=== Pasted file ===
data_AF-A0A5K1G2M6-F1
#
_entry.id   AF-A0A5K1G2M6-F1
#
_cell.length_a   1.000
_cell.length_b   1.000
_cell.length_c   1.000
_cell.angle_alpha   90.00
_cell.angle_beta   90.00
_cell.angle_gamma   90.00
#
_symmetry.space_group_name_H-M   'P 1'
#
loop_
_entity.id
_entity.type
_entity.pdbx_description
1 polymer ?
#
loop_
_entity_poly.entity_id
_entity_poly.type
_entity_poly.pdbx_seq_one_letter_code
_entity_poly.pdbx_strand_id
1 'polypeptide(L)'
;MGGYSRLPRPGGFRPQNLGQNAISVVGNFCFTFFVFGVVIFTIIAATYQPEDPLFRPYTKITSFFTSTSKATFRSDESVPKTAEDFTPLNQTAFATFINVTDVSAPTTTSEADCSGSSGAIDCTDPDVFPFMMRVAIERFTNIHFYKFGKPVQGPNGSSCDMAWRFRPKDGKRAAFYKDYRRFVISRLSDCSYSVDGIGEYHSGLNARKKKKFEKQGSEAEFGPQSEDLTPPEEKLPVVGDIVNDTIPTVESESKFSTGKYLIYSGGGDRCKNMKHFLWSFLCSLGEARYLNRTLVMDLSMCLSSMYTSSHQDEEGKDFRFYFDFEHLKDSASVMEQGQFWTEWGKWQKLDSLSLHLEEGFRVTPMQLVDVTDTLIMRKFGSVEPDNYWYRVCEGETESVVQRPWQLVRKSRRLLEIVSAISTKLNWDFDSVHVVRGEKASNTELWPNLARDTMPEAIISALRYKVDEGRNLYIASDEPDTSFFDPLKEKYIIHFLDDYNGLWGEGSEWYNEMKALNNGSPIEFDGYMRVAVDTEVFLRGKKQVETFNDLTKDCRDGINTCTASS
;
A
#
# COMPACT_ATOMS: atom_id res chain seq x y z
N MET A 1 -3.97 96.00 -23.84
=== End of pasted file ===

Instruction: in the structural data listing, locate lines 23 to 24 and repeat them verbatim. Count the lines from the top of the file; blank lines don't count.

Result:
_entity_poly.pdbx_seq_one_letter_code
_entity_poly.pdbx_strand_id